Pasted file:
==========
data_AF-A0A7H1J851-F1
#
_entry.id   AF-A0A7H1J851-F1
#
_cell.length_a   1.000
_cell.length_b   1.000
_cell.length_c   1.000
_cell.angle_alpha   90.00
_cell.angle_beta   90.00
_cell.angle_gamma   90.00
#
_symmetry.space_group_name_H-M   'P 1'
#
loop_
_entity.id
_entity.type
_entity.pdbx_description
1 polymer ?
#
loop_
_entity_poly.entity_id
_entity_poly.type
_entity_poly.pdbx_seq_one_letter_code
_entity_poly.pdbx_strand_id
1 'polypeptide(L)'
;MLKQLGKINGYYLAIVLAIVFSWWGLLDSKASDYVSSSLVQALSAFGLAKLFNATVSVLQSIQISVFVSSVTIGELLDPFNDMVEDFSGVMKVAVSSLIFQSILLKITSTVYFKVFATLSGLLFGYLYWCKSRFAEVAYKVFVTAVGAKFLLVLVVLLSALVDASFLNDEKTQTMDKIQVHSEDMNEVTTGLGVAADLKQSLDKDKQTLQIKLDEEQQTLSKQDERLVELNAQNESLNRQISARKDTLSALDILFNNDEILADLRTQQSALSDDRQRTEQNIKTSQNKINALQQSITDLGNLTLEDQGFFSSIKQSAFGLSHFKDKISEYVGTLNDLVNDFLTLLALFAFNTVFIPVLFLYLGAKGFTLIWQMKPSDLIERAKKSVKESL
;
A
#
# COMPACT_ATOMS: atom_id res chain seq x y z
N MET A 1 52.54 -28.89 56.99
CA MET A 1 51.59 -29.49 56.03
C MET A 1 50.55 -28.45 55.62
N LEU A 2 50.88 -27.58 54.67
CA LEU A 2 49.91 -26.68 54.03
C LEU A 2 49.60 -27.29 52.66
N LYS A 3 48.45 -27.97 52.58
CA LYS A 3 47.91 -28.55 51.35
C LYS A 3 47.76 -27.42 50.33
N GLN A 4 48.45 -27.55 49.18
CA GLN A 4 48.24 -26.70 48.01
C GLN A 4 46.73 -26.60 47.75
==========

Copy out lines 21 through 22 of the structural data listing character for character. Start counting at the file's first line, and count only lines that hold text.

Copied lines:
_entity_poly.entity_id
_entity_poly.type